To see the Swiftsure going into action, chasing and fast to a whale was a sight well remembered by those fortunate enough to see her. Mr. Jackson at the steer oar - one of his sons usually at the bow as harpooner - the crew in their different coloured shirts, mostly white, seemed to be worn by the whaling crews in those days which showed up in contrast to the vivid blue colour of the Swiftsure. The Headman (Mr. Jackson) urging his crew with encouraging words of  “swig boys, swig, up with her lads”. Ahead would be spouting a huge right whale throwing up the Prince of Wales feather spout. As the boat neared the whale within striking distance with the iron, the harpooner would be standing with iron poised ready to plunge it into the most vulnerable spot showing of the whale. With a mighty heave, the iron would be plunged deep into the whale. Oars would be peaked and the rope in the tub which was attached to the iron paired out through the chocs. The whale, as soon as it felt the impact and the pain of the iron in it’s body would dive quickly under water and away at a terrific rate of speed. The Swiftsure would be literally flying through the water with the speed the whale was towing her.  When enough rope had been run out to lessen undue strain upon the fastened iron, the crew would start hauling on the rope as the whale came up to breath. The boat would then be near enough for Mr. Jackson, who had quickly gone to the bow after the fastening of the iron to the whale, and the harpooner to the stern to take command of the steeroar, to get a lance into the whale. The lance of course, was not toggled and is thrown into the whale at a vital spot, mostly, if possible, under the fin near the heart and lungs. It is then hauled out again for the next throw. The Lanceman has to be of great skill as it is on him that depends the capture and kill of the whale. Very soon after a good lance or two a thin streak of blood would begin to show in the whale’s spout, and as the lancing progress continued, it would be thrown up as thick as coal tar,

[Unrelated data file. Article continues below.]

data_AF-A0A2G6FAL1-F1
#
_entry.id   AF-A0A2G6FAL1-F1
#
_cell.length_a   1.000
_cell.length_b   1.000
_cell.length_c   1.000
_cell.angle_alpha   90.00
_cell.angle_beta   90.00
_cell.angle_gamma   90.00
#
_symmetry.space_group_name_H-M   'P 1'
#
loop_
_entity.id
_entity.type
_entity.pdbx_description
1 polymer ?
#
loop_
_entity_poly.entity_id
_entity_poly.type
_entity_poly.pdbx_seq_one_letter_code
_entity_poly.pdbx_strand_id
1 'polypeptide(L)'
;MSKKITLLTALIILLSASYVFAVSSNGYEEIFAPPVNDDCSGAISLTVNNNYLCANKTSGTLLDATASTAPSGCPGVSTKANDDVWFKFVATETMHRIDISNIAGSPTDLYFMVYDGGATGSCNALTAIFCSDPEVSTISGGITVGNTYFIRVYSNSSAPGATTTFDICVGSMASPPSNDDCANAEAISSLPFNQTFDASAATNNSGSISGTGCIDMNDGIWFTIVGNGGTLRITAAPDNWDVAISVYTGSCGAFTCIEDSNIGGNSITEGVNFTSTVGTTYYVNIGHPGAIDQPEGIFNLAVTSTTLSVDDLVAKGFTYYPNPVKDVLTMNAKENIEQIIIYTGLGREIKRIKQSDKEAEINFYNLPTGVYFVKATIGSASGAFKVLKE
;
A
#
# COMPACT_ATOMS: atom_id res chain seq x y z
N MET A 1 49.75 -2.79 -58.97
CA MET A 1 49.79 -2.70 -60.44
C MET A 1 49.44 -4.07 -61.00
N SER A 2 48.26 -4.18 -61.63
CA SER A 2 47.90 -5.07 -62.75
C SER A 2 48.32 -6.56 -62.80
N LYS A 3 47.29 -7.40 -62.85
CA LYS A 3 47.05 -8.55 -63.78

which showed that each lance thrown was finding its right mark.

The Swiftsure was a grand boat to work fast to a whale, being very light on the water in movement and very easily manoevered. Continually at the kill could be heard, by those near enough to hear, Mr. Jackson calling “Lay on!” or “Lay off!” according to what position he wanted the boat in.

If the whale being killed was a bull whale, it’s roars in it’s death agonies was terrific. At the conclusion of the kill the crew gave one mighty cheer, the whale then being made fast to the Swiftsure and towed to the Te-Awa-iti whaling works where it was cut up and the blubber, or fat, was tried out in large iron pots especially made for the work.

Excitement ran high at the whaling station after the kill of a large right whale - the bone in those days being of great value - and many a hug and kiss did the bow of the Swiftsure get for her share of the kill by the women folk of the crew. At last the day came when the good old boat was shelved for the more modern method of whaling by launch. Mr. Jackson then decided to present her to the Canterbury Museum Authorities, who were desirous of having her in their care.

One morning there arrived in Jackson’s Bay a small steamer to collect the Swiftsure. She was got ready on the skids and Mr. Jackson, then an aged man, walked with faltering steps towards the old boat to say his farewell to the succour of his family of early days. He placed his arms across her bow and laid his head upon them. There was just the Heaving of his great shoulders and as he raised his head, tears could be seen in his eyes, and so he parted with the “pride of his youth, the joy of his life”. He never saw her again as his health failed him and he was unable to make the journey to Christchurch to see her there.